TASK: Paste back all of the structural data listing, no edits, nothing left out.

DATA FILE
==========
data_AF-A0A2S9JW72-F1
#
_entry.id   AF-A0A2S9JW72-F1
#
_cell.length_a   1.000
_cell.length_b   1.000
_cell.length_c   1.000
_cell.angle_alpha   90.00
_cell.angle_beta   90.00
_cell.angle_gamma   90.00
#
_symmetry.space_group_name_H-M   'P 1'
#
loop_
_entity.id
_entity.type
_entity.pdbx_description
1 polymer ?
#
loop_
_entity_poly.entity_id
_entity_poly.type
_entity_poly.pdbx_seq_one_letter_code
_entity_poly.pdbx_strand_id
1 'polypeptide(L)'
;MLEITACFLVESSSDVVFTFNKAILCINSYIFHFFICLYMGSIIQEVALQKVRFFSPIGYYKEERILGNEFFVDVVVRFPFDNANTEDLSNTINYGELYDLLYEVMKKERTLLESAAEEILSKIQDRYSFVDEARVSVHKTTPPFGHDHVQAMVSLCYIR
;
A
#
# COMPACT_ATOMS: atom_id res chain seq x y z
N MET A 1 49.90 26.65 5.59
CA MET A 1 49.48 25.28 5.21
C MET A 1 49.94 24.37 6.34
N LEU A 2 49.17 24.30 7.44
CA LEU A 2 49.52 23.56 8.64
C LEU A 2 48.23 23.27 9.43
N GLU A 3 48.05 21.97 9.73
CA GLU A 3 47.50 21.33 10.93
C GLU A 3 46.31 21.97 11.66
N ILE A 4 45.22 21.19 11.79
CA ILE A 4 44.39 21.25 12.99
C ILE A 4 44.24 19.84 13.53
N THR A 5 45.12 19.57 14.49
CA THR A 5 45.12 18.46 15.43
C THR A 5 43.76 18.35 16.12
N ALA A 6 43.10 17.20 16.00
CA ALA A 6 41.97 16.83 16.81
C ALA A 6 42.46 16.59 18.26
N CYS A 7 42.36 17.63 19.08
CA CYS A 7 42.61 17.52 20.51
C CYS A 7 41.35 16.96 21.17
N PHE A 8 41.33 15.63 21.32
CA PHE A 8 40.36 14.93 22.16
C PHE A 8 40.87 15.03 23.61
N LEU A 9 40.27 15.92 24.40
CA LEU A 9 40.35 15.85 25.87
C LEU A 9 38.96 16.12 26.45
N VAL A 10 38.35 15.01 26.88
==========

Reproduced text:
data_AF-A0A2S9JW72-F1
#
_entry.id   AF-A0A2S9JW72-F1
#
_cell.length_a   1.000
_cell.length_b   1.000
_cell.length_c   1.000
_cell.angle_alpha   90.00
_cell.angle_beta   90.00
_cell.angle_gamma   90.00
#
_symmetry.space_group_name_H-M   'P 1'
#
loop_
_entity.id
_entity.type
_entity.pdbx_description
1 polymer ?
#
loop_
_entity_poly.entity_id
_entity_poly.type
_entity_poly.pdbx_seq_one_letter_code
_entity_poly.pdbx_strand_id
1 'polypeptide(L)'
;MLEITACFLVESSSDVVFTFNKAILCINSYIFHFFICLYMGSIIQEVALQKVRFFSPIGYYKEERILGNEFFVDVVVRFPFDNANTEDLSNTINYGELYDLLYEVMKKERTLLESAAEEILSKIQDRYSFVDEARVSVHKTTPPFGHDHVQAMVSLCYIR
;
A
#
# COMPACT_ATOMS: atom_id res chain seq x y z
N MET A 1 49.90 26.65 5.59
CA MET A 1 49.48 25.28 5.21
C MET A 1 49.94 24.37 6.34
N LEU A 2 49.17 24.30 7.44
CA LEU A 2 49.52 23.56 8.64
C LEU A 2 48.23 23.27 9.43
N GLU A 3 48.05 21.97 9.73
CA GLU A 3 47.50 21.33 10.93
C GLU A 3 46.31 21.97 11.66
N ILE A 4 45.22 21.19 11.79
CA ILE A 4 44.39 21.25 12.99
C ILE A 4 44.24 19.84 13.53
N THR A 5 45.12 19.57 14.49
CA THR A 5 45.12 18.46 15.43
C THR A 5 43.76 18.35 16.12
N ALA A 6 43.10 17.20 16.00
CA ALA A 6 41.97 16.83 16.81
C ALA A 6 42.46 16.59 18.26
N CYS A 7 42.36 17.63 19.08
CA CYS A 7 42.61 17.52 20.51
C CYS A 7 41.35 16.96 21.17
N PHE A 8 41.33 15.63 21.32
CA PHE A 8 40.36 14.93 22.16
C PHE A 8 40.87 15.03 23.61
N LEU A 9 40.27 15.92 24.40
CA LEU A 9 40.35 15.85 25.87
C LEU A 9 38.96 16.12 26.45
N VAL A 10 38.35 15.01 26.88